THE CONFLICT FACING THE BIKE WORKSHOP
E-bikes bring a high level of value added into the bicycle trade – and particularly into the workshop. In return, the e-biker expects a service to match. The bike workshop can thus become a mobility service provider – which doesn’t, however, always work out in practice.
The display on the e-bike reports that the annual service is due. Time to quickly arrange an appointment online with the local bike dealer. Early the next day, the doorbell rings as the dealer arrives to pick up the bike. And as a matter of course, there’s a replacement e-bike ready and waiting. During the course of the day, a WhatsApp message arrives to say that unforeseen repairs are necessary – accompanied by photos of the defective parts and a quote for the repair. A digitally stored signature confirms acceptance of the quote, and in the evening the repaired e-bike is back outside the front door. The sum on the invoice is simply settled by the app service provider. A wondrous utopia, just a dream of the future? Certainly not. In fact technically it’s all thoroughly feasible.
“Most firms can’t cover every eventuality and have weaknesses in certain areas. These weaknesses have to be remedied”
For bike workshops this development involves a tremendous change. Gone is the old workshop with its associations of grease and spanners. Due to the digitization demanded by society as a whole and the rise of electric bikes within the industry, entirely new opportunities are emerging in the working routine and the field of service. This demands adaptations in how operations are run, as the workshop is an essential source of revenue for the business. “To improve error analysis and component diagnosis, we are offering our bike dealers a new cloud-based service tool. All the key data for the e-bike together with its service and repair history are stored there, which increases the efficiency in finding errors tremendously”, explains Horst Schuster from the drive manufacturer Brose by way of example, as he then goes onto to talk about the “transparent e-bike”. Experience from the automotive sector plays an important role in developing these kinds of tools.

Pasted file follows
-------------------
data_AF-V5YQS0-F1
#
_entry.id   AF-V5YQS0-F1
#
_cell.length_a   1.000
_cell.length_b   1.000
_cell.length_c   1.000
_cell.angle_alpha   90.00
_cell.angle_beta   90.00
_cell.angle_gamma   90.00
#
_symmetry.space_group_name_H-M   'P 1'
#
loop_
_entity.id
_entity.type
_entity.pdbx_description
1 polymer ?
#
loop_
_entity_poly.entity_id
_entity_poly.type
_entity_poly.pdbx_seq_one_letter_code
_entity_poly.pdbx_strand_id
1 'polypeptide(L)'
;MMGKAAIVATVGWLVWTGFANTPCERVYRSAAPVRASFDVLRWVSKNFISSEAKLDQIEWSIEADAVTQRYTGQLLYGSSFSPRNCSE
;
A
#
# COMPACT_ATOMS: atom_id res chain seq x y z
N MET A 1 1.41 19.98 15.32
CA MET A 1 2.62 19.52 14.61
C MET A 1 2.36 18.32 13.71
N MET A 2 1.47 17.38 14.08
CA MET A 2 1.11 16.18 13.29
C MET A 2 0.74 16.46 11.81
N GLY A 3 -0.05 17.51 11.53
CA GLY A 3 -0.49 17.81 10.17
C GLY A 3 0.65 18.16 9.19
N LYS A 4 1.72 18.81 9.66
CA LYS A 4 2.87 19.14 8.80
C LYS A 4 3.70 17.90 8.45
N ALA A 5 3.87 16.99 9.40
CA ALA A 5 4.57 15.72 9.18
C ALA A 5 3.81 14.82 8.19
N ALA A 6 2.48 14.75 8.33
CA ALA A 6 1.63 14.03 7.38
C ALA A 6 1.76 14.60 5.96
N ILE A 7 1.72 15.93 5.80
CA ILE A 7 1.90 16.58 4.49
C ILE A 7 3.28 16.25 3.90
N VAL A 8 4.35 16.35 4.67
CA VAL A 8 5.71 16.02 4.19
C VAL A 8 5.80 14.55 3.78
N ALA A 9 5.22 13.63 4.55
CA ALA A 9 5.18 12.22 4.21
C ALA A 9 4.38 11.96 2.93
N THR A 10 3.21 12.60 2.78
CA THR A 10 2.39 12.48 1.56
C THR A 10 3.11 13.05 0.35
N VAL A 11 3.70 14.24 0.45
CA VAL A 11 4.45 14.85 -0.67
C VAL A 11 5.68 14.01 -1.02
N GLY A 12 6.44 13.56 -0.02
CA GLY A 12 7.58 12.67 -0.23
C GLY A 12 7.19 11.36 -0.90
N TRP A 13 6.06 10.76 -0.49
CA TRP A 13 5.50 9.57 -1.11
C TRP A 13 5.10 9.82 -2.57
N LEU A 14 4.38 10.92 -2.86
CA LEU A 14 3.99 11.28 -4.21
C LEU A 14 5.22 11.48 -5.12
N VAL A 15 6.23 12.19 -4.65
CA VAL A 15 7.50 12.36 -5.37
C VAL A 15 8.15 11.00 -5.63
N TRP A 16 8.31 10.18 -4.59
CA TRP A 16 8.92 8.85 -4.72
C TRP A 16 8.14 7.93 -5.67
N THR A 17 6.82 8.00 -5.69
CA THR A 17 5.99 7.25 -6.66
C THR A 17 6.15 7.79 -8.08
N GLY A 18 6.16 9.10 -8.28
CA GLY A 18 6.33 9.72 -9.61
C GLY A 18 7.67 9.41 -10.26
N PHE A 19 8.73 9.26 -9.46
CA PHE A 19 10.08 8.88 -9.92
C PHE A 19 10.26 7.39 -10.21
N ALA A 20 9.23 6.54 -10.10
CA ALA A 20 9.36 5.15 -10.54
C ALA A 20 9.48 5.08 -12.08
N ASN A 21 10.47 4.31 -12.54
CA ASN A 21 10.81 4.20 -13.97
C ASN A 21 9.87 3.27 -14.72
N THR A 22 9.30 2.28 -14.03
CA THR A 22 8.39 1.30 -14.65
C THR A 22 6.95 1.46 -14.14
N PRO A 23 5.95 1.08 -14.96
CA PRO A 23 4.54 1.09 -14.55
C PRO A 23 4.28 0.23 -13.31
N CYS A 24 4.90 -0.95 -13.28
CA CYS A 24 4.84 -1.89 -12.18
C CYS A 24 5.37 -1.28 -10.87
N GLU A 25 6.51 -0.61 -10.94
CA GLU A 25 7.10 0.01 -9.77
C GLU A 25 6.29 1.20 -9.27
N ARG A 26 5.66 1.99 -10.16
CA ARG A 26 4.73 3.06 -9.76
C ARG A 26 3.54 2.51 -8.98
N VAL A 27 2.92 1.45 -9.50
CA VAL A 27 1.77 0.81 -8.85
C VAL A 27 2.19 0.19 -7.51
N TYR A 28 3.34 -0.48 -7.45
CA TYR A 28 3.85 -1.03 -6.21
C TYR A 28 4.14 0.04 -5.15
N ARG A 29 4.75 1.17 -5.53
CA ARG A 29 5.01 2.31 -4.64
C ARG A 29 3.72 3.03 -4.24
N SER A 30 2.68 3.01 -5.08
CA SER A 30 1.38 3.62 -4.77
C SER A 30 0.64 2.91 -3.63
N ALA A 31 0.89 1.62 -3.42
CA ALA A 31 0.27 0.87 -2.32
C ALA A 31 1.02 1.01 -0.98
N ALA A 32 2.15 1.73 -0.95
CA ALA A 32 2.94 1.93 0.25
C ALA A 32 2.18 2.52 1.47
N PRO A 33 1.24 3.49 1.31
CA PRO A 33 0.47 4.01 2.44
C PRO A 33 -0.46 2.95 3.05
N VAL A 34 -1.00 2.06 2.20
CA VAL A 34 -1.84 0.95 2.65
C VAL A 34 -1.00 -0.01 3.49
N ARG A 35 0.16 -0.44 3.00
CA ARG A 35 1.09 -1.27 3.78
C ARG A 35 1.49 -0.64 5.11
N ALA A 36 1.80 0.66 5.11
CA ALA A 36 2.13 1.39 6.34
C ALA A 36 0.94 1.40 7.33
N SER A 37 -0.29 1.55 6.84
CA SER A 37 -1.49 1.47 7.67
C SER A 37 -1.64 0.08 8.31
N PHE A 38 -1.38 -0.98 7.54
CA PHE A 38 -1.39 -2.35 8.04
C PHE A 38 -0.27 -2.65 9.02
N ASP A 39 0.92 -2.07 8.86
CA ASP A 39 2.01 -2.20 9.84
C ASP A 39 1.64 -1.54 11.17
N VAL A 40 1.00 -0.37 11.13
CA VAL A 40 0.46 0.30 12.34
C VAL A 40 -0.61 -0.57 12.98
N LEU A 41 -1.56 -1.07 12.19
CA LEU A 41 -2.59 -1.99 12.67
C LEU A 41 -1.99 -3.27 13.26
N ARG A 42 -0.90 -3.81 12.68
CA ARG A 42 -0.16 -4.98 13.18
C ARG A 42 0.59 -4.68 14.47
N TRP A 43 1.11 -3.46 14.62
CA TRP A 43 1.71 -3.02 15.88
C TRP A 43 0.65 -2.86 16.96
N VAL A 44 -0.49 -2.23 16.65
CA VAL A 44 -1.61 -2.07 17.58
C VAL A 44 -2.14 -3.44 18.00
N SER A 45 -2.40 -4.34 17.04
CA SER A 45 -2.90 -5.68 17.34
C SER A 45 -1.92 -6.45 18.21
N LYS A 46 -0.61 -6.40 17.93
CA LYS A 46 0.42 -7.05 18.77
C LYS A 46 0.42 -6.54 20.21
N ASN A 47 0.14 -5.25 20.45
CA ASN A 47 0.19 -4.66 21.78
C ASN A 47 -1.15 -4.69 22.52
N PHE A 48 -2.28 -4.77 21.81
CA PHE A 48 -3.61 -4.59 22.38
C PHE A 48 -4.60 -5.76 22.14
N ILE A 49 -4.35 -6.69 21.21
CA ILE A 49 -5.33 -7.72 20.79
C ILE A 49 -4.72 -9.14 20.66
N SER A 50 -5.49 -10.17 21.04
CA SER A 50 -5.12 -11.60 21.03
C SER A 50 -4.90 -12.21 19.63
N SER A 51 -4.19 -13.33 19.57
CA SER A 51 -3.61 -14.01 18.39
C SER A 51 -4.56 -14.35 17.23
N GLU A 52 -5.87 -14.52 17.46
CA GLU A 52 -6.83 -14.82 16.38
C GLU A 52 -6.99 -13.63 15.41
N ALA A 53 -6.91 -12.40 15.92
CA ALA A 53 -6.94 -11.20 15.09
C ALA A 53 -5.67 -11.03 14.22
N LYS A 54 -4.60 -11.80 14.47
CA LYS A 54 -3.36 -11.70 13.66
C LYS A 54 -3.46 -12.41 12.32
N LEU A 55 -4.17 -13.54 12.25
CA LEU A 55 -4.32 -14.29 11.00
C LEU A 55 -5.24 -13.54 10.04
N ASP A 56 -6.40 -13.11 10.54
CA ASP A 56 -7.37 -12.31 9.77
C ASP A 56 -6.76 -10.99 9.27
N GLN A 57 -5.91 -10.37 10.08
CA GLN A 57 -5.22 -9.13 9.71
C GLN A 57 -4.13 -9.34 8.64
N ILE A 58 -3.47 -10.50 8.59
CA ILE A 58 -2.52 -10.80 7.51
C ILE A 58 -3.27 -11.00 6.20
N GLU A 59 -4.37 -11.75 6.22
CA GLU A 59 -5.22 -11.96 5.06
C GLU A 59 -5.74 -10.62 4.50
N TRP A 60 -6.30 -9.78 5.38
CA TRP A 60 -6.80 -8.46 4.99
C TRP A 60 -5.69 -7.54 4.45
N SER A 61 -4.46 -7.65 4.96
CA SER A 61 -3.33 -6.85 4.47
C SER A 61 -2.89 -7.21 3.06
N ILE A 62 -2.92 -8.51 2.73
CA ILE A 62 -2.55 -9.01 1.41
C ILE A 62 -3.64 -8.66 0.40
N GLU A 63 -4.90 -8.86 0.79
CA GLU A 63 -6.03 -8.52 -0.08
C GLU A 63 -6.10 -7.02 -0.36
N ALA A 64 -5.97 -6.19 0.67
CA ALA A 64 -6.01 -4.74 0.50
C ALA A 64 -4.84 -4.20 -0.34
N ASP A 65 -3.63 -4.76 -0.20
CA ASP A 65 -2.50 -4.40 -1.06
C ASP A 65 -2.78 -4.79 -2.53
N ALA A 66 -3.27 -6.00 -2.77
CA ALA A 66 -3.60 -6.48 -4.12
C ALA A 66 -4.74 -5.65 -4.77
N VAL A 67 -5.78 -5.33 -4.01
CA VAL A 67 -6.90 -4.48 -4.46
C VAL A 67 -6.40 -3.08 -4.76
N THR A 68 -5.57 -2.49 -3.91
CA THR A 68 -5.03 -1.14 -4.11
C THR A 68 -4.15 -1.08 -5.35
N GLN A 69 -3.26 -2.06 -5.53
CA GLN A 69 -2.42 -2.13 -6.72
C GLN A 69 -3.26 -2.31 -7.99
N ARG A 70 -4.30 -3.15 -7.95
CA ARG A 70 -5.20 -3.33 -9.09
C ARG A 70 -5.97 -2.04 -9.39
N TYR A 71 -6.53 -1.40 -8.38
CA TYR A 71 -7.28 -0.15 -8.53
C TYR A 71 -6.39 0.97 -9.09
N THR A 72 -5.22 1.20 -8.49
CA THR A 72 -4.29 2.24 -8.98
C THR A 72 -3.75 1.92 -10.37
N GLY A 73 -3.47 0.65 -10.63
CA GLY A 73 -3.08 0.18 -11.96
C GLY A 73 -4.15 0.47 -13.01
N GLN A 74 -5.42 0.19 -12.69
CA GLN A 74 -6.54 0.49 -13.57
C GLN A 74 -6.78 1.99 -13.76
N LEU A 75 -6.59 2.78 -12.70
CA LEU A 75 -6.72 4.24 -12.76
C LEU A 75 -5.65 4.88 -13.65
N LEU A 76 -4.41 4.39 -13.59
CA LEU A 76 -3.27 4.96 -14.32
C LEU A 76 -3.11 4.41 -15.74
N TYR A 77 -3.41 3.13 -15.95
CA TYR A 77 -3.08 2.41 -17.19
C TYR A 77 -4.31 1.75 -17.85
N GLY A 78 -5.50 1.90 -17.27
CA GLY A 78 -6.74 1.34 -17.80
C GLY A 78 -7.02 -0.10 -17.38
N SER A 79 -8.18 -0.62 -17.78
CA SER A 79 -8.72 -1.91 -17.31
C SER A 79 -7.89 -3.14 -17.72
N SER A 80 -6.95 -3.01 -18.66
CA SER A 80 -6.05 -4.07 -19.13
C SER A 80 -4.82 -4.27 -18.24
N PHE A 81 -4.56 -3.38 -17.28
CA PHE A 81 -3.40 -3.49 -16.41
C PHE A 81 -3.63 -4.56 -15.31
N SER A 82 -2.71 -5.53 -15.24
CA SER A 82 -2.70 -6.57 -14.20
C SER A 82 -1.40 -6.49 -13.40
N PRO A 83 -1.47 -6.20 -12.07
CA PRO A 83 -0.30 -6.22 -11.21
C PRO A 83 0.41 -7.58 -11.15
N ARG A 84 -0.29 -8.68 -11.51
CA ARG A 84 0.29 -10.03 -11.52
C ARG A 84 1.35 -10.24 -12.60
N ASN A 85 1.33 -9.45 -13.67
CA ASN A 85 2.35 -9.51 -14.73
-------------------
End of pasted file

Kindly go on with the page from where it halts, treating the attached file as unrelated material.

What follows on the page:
Customers, in turn, are familiar with this service from the car showroom – and are now keen to see it in the bike business. Yet raising efficiency calls for improvements on different levels such as marketing, organization, equipment and safety. “Most firms can’t cover every eventuality and have weaknesses in certain areas. These weaknesses have to be remedied”, points out Uwe Wöll of the association Verbund Service und Fahrrad (VSF). With its VSF..all-ride, his association has developed a certification system for excellent bike workshops which is continuously adapted to keep pace with current developments. “Arranging an appointment online and a message by text or WhatsApp should actually be standard today”, says Wöll. However, the expert is aware that its absence is not just due to a lack of organization and motivation, but primarily a shortage of staff.
He points out a pick-up and delivery service as a good example here. “Many dealers are already at the limits of their personnel capacity. This quickly raises the question: Who’s going to do that? And if there’s no one available, it doesn’t get done”, claims Wöll. Adding to these drawbacks is the difficult leasing situation in built-up areas, which would make restructuring and expansion of the workshop more difficult. Creative ideas are therefore needed. One example of this is the mobile bike service by LiveCycle. The idea is not in fact new, but the Munich-based company has now managed to expand its repair service to seven major cities within a period of two years. It has its sights fixed not just on private individuals but on companies as well. A mechanic repairs the employees’ bikes directly on site during working hours. A concept with a future? Wöll is sceptical: “The mobile services give the impression of extensive service coverage, but in reality only operate in the lucrative cities.” And that’s where there’s already a wide dealer network. Yet the provision of mobility services is particularly needed in rural areas if a change in transport patterns is to come about. And this is where more and more long-established bike dealers are closing due to a lack of successors. No app can solve this problem.